Rights of older people in clinical and health settings

It is critical that the rights of older people do not become lost between definitions of elder abuse and domestic violence.

The Government recently asked the Australian Institute of Family Studies to conduct a scoping study for a definition of elder abuse. I hope this will assist to some extent in clarifying the parameters between DV and elder abuse. I also hope that if further research is undertaken to understand DV in older people and ways to address it, efforts will be made to translate such research into practice. I have an absolute aversion to research reports that just sit on a shelf. I hope that any new knowledge in this area will be actively used to fill the clinical and service gaps in this field and to inform the community about this serious issue.

In all this, I believe frontline health workers and community service professionals have an important role to play. They are often the first point of contact for older survivors. How they choose to use the tools and resources available to them will have a significant impact on outcomes for the older person.

I won’t delve into the technicalities of clinical systems and present practices (I’m sure my fellow presenters will offer much greater expertise on this) however I do want to highlight two overarching points.

First, it is important for all of us to be aware of our prejudices and assumptions. This is particularly important for those dealing with older people as their first point of contact, including health professionals, social workers, aged care staff and community services.
o For example, do we generally think of DV survivors as younger women? After all, that’s how they are commonly portrayed on DV posters and ad campaigns.
o When we see an older patient do we tend to attribute their symptoms and stories to age-related causes like falls, memory loss, dementia or physical weakness rather than enquiring into all the circumstances?
o How might our assumptions affect the way we deal with older perpetrators, especially those with cognitive impairment?
o Our assumptions can often prove to be correct, but not in all cases, which is why we need to be alert to our age stereotypes and know when to challenge them.

Second, we need to ensure that in health and clinical settings we do not discriminate, dismiss or disadvantage people on the basis of age. Older patients, like everyone else, have the same rights to care, choice and respect regardless of their age and the years they have to live.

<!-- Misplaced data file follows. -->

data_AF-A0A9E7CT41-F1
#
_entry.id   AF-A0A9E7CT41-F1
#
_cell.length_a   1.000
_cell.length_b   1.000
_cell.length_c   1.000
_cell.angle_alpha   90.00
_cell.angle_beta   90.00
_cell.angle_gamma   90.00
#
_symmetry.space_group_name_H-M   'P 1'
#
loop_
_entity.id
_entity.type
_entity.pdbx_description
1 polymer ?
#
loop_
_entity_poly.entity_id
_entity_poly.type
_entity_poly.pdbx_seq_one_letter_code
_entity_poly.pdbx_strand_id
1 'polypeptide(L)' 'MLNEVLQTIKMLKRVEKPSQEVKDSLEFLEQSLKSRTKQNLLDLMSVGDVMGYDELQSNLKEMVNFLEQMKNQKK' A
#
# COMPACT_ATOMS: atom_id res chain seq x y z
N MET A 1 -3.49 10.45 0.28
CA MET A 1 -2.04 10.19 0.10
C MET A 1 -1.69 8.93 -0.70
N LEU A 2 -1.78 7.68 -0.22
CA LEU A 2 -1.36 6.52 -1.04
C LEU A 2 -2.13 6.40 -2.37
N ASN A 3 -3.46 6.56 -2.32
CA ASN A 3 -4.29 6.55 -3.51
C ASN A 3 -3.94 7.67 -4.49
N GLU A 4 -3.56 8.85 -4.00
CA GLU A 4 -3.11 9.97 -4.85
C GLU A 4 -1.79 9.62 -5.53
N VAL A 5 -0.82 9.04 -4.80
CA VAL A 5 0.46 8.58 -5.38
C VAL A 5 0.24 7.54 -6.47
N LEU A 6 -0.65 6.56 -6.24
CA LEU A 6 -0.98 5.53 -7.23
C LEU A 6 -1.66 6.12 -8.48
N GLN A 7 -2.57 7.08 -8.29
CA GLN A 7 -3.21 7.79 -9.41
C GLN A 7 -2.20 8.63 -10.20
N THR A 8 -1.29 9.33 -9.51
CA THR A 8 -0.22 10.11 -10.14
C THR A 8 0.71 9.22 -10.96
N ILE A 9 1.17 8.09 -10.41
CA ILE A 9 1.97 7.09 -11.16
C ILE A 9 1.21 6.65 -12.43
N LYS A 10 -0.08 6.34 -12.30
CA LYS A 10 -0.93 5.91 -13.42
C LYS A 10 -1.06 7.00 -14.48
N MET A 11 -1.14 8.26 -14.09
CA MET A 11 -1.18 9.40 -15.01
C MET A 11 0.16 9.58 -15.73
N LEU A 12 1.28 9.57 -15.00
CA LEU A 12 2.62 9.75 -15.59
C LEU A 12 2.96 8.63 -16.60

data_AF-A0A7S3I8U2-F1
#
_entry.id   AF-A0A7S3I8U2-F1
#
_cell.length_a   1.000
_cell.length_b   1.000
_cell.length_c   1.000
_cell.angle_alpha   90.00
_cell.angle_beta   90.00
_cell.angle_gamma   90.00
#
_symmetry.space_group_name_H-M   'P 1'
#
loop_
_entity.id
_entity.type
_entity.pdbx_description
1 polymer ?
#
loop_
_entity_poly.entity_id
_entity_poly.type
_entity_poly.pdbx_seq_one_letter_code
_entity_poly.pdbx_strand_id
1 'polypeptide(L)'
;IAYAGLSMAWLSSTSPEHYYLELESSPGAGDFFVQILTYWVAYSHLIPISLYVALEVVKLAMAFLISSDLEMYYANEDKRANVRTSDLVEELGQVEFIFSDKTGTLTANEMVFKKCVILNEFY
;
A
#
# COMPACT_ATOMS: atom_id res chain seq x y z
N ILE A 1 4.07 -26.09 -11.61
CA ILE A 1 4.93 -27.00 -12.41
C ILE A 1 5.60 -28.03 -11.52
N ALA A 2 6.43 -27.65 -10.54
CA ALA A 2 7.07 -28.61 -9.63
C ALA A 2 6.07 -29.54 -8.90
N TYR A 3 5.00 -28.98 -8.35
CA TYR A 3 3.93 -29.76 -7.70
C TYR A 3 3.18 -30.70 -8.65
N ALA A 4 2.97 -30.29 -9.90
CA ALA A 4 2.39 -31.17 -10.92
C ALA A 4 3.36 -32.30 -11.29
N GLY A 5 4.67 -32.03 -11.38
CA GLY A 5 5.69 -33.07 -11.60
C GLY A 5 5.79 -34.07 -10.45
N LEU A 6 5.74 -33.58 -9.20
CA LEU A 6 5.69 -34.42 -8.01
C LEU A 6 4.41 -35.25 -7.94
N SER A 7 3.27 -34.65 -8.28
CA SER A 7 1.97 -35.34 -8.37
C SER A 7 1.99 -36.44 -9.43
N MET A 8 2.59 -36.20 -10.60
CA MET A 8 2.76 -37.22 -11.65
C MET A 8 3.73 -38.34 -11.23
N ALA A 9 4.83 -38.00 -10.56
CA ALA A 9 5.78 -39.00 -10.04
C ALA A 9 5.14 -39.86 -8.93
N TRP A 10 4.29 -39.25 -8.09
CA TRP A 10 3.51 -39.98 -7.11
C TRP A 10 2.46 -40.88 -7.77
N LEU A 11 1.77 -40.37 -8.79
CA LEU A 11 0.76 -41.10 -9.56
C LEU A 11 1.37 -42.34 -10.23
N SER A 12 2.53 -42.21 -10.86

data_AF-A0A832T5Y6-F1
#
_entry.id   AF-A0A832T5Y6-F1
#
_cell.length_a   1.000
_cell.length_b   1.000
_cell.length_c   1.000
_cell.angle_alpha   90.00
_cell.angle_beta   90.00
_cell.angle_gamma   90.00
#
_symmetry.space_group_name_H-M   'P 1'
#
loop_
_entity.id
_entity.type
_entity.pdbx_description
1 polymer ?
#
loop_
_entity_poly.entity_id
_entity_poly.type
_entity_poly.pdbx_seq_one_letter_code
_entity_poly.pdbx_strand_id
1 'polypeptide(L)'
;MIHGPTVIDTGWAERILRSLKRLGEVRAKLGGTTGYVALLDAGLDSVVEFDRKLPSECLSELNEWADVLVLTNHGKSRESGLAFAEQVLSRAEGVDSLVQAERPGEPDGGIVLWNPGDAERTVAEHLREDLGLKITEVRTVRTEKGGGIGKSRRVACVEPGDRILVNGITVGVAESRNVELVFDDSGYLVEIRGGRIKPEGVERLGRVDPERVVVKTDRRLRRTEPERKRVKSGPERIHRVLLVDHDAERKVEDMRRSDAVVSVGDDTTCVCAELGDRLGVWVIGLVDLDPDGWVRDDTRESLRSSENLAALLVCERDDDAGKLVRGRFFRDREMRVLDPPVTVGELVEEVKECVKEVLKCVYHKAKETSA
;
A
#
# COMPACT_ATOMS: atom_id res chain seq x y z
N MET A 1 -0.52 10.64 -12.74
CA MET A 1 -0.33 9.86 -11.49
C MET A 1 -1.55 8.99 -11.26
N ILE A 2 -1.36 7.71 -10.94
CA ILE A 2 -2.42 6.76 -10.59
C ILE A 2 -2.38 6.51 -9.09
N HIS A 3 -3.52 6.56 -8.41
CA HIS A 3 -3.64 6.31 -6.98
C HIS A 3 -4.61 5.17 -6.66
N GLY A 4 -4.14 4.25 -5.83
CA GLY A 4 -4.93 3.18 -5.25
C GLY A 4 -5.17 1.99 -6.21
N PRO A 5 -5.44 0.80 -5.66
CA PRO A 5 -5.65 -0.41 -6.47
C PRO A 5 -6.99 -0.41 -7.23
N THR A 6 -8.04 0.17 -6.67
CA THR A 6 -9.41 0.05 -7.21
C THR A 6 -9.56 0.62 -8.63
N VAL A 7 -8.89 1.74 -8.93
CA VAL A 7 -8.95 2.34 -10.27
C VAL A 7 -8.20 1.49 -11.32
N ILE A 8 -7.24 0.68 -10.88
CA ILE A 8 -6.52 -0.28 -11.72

I would like to mention an innovative program being undertaken at St. Vincents Hospital in Melbourne.  A social worker, Megan O’Brien (as part of her PhD), has developed a program which involves all the health professionals from a most senior level down.  They are trained to identify older people at risk of abuse.  In discussions with Megan she told me that in a 4 year period there were, from memory, about 400 cases of which 70%, on further examination, involved elder abuse.  They now have a lawyer on the team who is in the hospital for 3 days a week and they have been able to assist their patients to address the issues they are facing - educating

In the 2015 Quarterly Essay entitled Dear Life: On Caring for the Elderly, the author Dr Karen Hitchcock considers the treatment of the elderly in health, particular those with dementia and facing end of life decisions. She makes a statement that I think should resonate not just with health professionals and community workers but with all Australians. She says:
The elderly, the frail are our society: they gave birth to us, nourished us, protected us, paid their taxes diligently, went to war, ate bread with sugar when there was no butter. They worked and love and live – they continue to do so. They are our parents and grandparents, our carers and neighbours, and they are every one of us in the not-too distant future … [they are] people whose needs require us to change.

I understand that change – reviewing of health models, developing of practice guidelines – can be difficult especially with limited resources and work pressures. But if we all share in this mission – understand that older people including those experiencing DV deserve to be cared for, respected and live lives of dignity – then change is achievable.

Dr Kay Patterson, Age Discrimination Commissioner